Marvel at the coral-wall diving, learn about booby birds and relax with locals during your beach vacation on quiet Little Cayman.
“What do you like best about Pirates Point Resort?” I ask a fellow diver on Little Cayman, who’s been coming to the resort for more than a decade. “Everything,” replies Dave Reubush, a former NASA engineer. His view seems to be the general consensus about this resort, and of the island on which it is located, Little Cayman.
Just 10 miles long and one mile wide, Little Cayman, is the smallest and least inhabited of the Cayman Islands. It’s home to about 150 residents. It may be small, but it’s got a big draw—some of the most spectacular wall diving in existence. The walls here are coral reefs that begin at 25 feet and plunge straight down for 3,000 feet to the ocean floor. Floating over such a precipice is like being in outer space. How apropos that a NASA alumnus finds the waters so enticing, but just about anyone that dives Little Cayman becomes enthralled, myself included.
My visit to Little Cayman is like a step back in time. The airport terminal consists of a small building that holds the airline office, the fire department and the island’s post office. The airline arrival and departure “gate” is situated outside, rain or shine. Upon arriving via Cayman Airways, which has daily flights from Grand Cayman, a van escorts you down a small road to Pirates Point, which is the first resort that opened to the public on the island in the early 1980s.
I’ve stayed at the Little Cayman Beach Resort on other occasions. It’s upscale and a little pricy. Southern Cross, a diving and fishing lodge, gets mixed food reviews and sometimes hosts a hard-drinking fishing crowd.
I’ll take Pirates Point any day for its casual, natural beauty, gastronomical delights and its wonderful guest experience. Holding no more than 20 guests at a time, it seems that within days, everyone knows each other and better yet, likes each other. And most guests are repeat visitors many times over. If that’s not a review, I don’t know what is.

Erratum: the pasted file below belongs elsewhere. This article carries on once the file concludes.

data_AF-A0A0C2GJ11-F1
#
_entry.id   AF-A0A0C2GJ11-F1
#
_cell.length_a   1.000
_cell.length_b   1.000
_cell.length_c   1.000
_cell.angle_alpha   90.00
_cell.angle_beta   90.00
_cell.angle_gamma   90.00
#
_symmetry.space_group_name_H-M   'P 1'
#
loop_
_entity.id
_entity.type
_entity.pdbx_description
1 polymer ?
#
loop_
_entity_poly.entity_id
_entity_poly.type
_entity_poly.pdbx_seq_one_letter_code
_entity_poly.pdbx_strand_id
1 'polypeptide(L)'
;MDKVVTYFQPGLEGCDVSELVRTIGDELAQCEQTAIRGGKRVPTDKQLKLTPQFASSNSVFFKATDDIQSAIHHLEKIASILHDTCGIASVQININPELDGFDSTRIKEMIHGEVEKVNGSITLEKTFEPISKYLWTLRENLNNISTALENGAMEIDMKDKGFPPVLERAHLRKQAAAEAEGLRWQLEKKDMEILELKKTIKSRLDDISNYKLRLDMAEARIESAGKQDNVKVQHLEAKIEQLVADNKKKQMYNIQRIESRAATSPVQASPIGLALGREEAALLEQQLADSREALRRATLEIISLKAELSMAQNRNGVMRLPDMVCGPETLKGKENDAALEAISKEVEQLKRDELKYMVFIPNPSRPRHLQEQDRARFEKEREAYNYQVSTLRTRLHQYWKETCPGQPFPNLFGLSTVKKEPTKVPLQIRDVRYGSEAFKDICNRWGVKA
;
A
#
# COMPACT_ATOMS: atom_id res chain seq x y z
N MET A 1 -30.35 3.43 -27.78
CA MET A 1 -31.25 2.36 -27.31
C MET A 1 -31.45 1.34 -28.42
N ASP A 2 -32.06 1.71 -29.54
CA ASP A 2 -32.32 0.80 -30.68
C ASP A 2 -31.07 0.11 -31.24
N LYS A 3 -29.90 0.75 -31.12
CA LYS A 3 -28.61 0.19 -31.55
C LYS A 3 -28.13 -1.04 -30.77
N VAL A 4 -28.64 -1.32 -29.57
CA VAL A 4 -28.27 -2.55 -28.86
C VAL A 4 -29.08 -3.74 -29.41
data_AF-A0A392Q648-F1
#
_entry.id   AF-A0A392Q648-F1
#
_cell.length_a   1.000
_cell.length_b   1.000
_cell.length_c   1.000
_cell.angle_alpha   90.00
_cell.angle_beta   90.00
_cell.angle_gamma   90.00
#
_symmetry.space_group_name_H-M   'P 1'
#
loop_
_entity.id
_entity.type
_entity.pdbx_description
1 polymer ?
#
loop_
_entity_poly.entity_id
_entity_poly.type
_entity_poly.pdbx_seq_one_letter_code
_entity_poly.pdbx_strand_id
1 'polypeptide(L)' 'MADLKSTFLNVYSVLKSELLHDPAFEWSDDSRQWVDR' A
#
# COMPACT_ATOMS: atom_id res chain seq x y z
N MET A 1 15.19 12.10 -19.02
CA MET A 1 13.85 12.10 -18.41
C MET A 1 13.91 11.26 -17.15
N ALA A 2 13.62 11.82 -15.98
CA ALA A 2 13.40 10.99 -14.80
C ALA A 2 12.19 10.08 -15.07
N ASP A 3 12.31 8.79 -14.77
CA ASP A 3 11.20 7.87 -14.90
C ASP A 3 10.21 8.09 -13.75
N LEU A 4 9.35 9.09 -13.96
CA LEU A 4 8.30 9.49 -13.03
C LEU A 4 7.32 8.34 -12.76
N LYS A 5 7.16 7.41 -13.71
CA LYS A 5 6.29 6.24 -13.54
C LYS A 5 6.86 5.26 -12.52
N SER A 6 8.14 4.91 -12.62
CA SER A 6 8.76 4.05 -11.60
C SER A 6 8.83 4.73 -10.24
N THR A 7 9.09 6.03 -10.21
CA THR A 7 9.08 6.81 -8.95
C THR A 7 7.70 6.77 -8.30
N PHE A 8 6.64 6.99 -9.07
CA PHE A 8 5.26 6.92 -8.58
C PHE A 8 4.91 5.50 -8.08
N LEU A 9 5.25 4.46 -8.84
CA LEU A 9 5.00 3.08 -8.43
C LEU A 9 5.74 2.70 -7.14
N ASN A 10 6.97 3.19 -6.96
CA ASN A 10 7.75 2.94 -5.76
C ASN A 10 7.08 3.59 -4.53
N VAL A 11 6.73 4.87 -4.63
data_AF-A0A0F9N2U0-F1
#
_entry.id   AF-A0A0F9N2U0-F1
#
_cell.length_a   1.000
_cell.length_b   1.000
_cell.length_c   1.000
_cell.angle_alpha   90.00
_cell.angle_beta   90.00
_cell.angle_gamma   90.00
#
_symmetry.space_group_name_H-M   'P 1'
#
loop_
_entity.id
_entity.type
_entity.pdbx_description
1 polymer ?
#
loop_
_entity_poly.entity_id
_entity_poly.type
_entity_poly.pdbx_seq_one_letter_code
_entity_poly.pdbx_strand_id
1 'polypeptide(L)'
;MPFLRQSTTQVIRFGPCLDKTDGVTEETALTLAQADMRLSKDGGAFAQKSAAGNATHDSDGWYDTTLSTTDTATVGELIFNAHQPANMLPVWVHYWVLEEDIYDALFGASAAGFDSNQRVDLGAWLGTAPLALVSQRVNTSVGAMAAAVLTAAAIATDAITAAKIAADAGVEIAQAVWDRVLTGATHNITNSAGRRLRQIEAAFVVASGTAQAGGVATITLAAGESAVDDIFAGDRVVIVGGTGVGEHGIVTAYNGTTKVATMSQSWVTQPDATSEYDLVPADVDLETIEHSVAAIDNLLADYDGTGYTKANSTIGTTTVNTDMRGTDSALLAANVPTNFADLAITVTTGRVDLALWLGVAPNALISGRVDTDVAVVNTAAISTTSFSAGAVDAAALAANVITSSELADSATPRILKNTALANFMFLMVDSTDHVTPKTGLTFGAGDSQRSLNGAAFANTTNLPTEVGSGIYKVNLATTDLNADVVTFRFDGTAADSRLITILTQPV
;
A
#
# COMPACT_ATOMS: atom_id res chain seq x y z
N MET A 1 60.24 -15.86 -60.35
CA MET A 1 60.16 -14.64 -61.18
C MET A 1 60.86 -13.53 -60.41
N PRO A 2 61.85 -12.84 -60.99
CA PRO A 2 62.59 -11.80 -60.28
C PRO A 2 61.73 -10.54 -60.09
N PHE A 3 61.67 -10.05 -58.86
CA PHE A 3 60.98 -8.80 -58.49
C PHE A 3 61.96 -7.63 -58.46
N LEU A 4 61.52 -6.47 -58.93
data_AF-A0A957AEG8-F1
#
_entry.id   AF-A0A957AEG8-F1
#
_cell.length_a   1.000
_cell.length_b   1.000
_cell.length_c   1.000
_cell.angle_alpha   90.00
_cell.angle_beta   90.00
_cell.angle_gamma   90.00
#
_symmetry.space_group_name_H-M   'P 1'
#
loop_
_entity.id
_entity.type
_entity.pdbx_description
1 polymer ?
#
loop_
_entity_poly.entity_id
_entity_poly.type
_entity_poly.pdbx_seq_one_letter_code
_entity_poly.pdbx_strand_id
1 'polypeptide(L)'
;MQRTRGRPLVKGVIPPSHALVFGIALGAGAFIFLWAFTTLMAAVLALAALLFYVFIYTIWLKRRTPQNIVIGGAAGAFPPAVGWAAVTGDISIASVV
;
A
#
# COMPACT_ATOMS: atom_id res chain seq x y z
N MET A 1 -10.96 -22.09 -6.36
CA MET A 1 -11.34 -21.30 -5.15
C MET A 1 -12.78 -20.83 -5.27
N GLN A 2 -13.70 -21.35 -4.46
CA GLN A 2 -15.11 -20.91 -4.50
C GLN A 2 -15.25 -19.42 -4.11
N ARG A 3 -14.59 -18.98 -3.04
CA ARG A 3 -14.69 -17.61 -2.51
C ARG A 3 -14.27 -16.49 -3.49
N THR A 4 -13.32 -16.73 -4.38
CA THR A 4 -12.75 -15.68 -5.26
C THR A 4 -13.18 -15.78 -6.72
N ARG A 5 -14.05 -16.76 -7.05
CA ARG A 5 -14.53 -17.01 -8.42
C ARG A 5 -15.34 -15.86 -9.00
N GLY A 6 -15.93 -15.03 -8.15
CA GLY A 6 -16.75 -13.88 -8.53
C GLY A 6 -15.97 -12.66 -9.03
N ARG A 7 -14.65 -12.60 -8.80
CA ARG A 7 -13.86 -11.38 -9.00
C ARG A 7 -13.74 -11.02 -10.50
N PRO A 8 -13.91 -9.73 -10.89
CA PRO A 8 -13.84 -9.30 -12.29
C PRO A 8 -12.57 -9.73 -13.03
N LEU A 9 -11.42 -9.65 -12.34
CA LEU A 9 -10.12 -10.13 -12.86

Texas-born Gladys Howard, an avid diver, Cordon Bleu-trained chef and entrepreneur, purchased the property in 1986 and has been running the intimate beachside resort ever since. She especially praises the day that electricity came to the island in 1992, though the resort must still purify its own water. Nonetheless, what Gladys likes about the island is “the serenity of it, the uniqueness. And it still has some of the best diving.”
Brigitte Kassa, a former Monte Carlo nightclub manager who moved to Little Cayman when the population was about a dozen, adds, “We would like to keep Little Cayman pristine. There’s talk of a bigger airport and development, but locals prefer not. The [tourism proponents] have Grand Cayman and Cayman Brac. Leave us alone.”
Both Howard and Kassa work diligently to preserve the island’s habitat to keep it pristine. The National Trust has acquired more than 300 acres on Little Cayman. The Booby Pond Nature Reserve is now dedicated as a wetlands sanctuary that hosts the largest colony of red-footed booby birds in the western hemisphere among other species. Iguanas are also abundant on the island, with road signs warning that they have the right of way. After all, they far outnumber humans on this quiet tropical island.
But the real test is with my 16-year-old niece, Claire, who has joined my family on this trip. I’m worried that this hip teen will be bored to death on the island and at the resort. But, after a day of fabulous diving, she is biking down a dirt road to show some hermit crab haven to my young daughter before heading to the National Trust for homemade ice cream. Last seen at night, she is at the domino table with Gladys and other guests, laughing and learning how to be a good loser, wearing the tacky losing necklace at breakfast the next morning to prove it. She tells me she’d definitely come back.
Just before we end our visit, I unveil a butterfly mobile that my daughter and I constructed out of sea fans and sponges. Pirates Point guests are invited to comb the beach for materials to create an art project that will be showcased in the main hut. Some results are amazing. Each year, guests vote on the best, and the winner receives a free week at the resort. I doubt I’ll beat out Andrea and Sal, fellow guests who have won twice before. At least for some time, my butterflies will be immortalized on the ceiling of Pirates Point Resort, and I’ll dream of returning again to the coral reef walls of Little Cayman. Everyone can dream.
Pirates Point Resort’s seven-day high season package, offered from mid-December to mid-April including diving, meals and open bar, is $1,795 per person, based on double occupancy, or $1,650 for a non-diver. Summer diver rates are slightly discounted. The resort is for ages 5 and older.